FLAT FOOT DEFORMITY

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If you have flat feet, your feet don’t have a normal arch when you’re standing. This can cause pain when you do extensive physical activity.

The condition is referred to as pes planus, or fallen arches. It’s normal in infants and usually disappears between ages 2 and 3 years old as the ligaments and tendons in the foot and leg tighten. Having flat feet as a child is rarely serious, but it can last through adulthood.

The 2012 National Foot Health Assessment showed that 8 percent of adults in the United States ages 21 and older have flat feet. Another 4 percent have fallen arches.

FOOT ANATOMY

DISEASE EXPLAINED

SYMPTOMS

There’s no cause for concern if your feet are flat and you have no pain. However, if your feet ache after walking long distances or standing for many hours, flat feet may be the cause.

You may also feel pain in your lower legs and ankles. Your feet may feel stiff or numb, have calluses and possibly lean toward each other.

CAUSES

Flat feet are related to the tissues and bones in your feet and lower legs. The condition is normal in babies and toddlers because it takes time for the tendons to tighten and form an arch. In rare cases, the bones in a child’s feet become fused, causing pain.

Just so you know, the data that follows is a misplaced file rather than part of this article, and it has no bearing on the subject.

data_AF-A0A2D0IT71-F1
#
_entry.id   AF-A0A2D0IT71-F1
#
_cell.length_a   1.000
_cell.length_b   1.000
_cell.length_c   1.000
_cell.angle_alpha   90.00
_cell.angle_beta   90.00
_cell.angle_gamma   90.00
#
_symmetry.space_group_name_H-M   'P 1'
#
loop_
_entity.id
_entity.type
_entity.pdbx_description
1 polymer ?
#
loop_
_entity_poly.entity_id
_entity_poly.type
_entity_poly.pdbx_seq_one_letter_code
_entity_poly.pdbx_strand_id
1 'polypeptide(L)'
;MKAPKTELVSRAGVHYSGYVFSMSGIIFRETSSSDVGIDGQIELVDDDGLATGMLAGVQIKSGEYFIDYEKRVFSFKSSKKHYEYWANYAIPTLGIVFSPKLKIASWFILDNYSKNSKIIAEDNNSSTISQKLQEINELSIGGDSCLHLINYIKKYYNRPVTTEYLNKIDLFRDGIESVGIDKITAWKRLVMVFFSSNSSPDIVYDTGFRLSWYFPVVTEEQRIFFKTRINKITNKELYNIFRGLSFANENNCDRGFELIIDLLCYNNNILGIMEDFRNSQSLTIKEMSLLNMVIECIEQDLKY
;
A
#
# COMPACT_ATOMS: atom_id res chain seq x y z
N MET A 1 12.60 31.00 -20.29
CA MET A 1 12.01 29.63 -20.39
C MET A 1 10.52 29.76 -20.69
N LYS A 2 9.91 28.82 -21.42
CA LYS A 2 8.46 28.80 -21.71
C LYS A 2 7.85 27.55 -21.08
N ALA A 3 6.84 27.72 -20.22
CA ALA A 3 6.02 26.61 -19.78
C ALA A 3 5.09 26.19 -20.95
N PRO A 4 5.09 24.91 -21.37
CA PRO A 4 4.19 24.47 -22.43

If this tightening doesn’t occur fully, it can result in flat feet. As you age or sustain injuries, the tendons in one or both feet may become damaged. The condition is also associated with diseases such as cerebral palsy and muscular dystrophy.

In some cases, flat feet are caused by injuries or illness, creating problems with:

Walking

Running

Standing for hours

Flat feet are related to the tissues and bones in your feet and lower legs. The condition is normal in babies and toddlers because it takes time for the tendons to tighten and form an arch. In rare cases, the bones in a child’s feet become fused, causing pain.

If this tightening doesn’t occur fully, it can result in flat feet. As you age or sustain injuries, the tendons in one or both feet may become damaged. The condition is also associated with diseases such as cerebral palsy and muscular dystrophy.

TREATMENT

TREATMENT OPTIONS

NON-SURGICAL OPTIONS

FOOT SUPPORT
Supporting your feet is usually a first step in treating the condition.

Your healthcare provider may recommend that you wear orthotics, which are inserts that go inside your shoes to support your feet.

For children, they may prescribe special shoes or heel cups until their feet are fully formed.

LIFESTYLE CHANGES
Reducing pain from flat feet may involve incorporating some changes in your daily routine.

For example, your healthcare provider may recommend a diet and exercise program to manage your weight to reduce the pressure on your feet.

They may also recommend not standing or walking for prolonged periods.

MEDICATION
Depending on the cause of your condition, you may have sustained pain and inflammation. Your healthcare provider might prescribe medication to reduce the discomfort from these symptoms. Nonsteroidal anti-inflammatory medications can relieve swelling and pain.

FOOT SURGERY
Surgery may be an option in more serious cases and is usually the last resort.

Your orthopedic surgeon may create an arch in your feet, repair tendons, or fuse your bones or joints.

If your Achilles tendon is too short, the surgeon can lengthen it to decrease your pain.

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